But Tamil nationalism became full-blown only after the irruption of the ethnic strife in the neighbouring Sri Lanka.

Through all this process, it was the intermediate castes that continued to steer the discourse, indirectly ensuring the Dalit perspective was not articulated or remained sotto voce.

So much so, the problems of the Lankan Tamil Dalits were rarely mentioned, except by the Dalit enthusiasts themselves.  When the rebel group EPRLF, identified with the Tamil Dalits in the island and derisively referred to as the Eelathu Pallans (EPs), collaborated with the Indian government, it became still easier to make it look as if the Dalits were never to be trusted.

Thol Thirumavalavan, the Dalit leader, after his initial fiery denunciations of the intermediate castes, seemed to have sensed in Tamil nationalism a possible way of gaining acceptability by the mainstream.

So he started softening up on caste confrontations and became a strident champion of the LTTE. It did gain him a platform and he came to be feted, all right, but pro-Dalit initiatives began to take a backseat.

Thirumavalavan and Vanniyar leader Ramadoss, who too had jumped into the Tamil nationalist bandwagon, began to collaborate. It looked as if a new rainbow coalition was being born.

But when Ramadoss lost out politically for a variety of reasons, he ditched his partner and went after the Dalits aggressively, in effect orchestrating the deadly attacks in Dharmapuri a few years ago. He also got together under one umbrella the OBCs locking horns with the Dalits.

These days his anti-Dalit rhetoric is a lot more muted, but the damage has been done. We continue to witness honour killings all over, with monotonous regularity, the governments of the day turning a blind eye and major parties humming and hawing, never taking the issue head on.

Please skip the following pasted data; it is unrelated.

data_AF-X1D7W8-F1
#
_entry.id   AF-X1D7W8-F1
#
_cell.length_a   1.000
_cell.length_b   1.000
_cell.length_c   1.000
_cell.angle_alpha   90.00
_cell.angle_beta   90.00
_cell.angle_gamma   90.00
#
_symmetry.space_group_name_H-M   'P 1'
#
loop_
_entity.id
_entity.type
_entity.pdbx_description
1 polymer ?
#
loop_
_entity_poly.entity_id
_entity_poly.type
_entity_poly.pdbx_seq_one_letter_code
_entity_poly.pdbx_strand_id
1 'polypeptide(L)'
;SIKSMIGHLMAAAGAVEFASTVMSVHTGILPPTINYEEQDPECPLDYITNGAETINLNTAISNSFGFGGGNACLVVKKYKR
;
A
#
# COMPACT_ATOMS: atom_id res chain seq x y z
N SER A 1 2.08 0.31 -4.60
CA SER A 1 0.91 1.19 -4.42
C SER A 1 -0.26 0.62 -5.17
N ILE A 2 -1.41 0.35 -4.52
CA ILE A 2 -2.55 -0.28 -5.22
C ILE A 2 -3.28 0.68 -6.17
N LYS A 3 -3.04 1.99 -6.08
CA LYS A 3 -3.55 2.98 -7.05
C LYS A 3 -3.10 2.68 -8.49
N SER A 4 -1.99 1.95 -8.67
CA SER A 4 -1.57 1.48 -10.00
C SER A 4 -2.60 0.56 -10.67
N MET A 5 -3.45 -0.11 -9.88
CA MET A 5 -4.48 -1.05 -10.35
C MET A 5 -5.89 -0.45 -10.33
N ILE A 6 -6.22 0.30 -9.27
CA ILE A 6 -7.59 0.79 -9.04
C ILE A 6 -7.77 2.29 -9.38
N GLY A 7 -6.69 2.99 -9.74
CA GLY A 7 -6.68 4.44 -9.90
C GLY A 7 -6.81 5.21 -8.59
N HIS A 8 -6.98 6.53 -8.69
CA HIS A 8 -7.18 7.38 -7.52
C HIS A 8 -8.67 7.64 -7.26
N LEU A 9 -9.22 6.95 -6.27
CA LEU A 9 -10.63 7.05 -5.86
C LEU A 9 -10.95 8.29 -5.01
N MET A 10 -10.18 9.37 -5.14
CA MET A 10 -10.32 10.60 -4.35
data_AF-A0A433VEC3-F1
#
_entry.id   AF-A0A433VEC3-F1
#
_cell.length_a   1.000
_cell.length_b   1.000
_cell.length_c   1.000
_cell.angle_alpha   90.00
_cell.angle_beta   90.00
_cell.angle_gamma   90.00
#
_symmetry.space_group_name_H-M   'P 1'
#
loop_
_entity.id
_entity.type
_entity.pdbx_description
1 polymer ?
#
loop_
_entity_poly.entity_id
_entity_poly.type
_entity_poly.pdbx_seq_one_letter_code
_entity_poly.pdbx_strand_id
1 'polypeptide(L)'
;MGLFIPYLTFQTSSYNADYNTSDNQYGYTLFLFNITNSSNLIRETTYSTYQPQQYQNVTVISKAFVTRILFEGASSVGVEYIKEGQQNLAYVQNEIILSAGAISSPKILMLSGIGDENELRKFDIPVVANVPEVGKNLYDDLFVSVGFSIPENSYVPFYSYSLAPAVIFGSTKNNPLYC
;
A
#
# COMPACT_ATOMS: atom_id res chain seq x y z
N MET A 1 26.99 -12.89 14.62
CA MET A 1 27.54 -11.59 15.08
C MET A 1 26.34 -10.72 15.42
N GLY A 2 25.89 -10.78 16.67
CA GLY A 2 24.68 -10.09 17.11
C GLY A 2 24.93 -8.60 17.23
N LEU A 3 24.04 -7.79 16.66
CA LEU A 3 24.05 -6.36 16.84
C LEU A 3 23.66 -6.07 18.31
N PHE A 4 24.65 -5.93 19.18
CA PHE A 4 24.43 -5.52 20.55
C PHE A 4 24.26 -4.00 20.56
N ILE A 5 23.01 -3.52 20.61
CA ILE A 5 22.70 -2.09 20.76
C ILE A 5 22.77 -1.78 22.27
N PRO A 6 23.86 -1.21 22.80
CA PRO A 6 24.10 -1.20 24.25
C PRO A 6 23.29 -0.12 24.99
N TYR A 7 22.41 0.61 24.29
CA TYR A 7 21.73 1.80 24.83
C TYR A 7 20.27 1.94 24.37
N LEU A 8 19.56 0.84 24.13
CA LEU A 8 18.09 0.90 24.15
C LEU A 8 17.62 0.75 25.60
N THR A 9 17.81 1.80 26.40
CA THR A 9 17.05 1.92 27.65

Worse both Thirumavalavan of the Viduthalai Chiruthaikal and Dr Krishnasamy of the Pudhiya Thamizhakam, two key Dalit leaders, don’t take to the streets in a big way, demanding justice. They are busier with the state assembly elections fast approaching.

It might also be interesting to be told that in the salubrious Ooty hills, the non-Tamil Badagas are politically most powerful as they are numerically dominant, and are a landed community as well.

It is here a large percentage of hill country Tamils, a big chunk of them Dalits and repatriated from Sri Lanka, wound up, penniless. Having been conned out of the measly relief they received from the government, they went to the Nilgiris as the weather there was relatively more comfortable, and they became slaves in Badaga households.

It required intense struggles by various NGOs to throw off the Badaga yoke, but even now they remain essentially second class citizens -  barring perhaps in Dalit outfits, they don’t hold any office in any party.

That is, Tamil nationalism will ignore the Tamils themselves if it can help consolidate the political power of the OBCs. That is how hollow it is all.

A poster of a Tamil Nationalist organization protesting the recent hacking of Dalit man in TN

Latter day Tamil nationalists try to be a lot more inclusive, as you can see above in the campaign poster of a meeting got up to show solidarity with the hapless Kausalya. But essentially they are fringe groups, and hence a long, long way to go before the Tamil Nadu Dalits are treated honourably.

The CPM too has begun to champion the cause of the Dalits with some determination, but again it will be a while, if ever, before such initiatives become mainstream.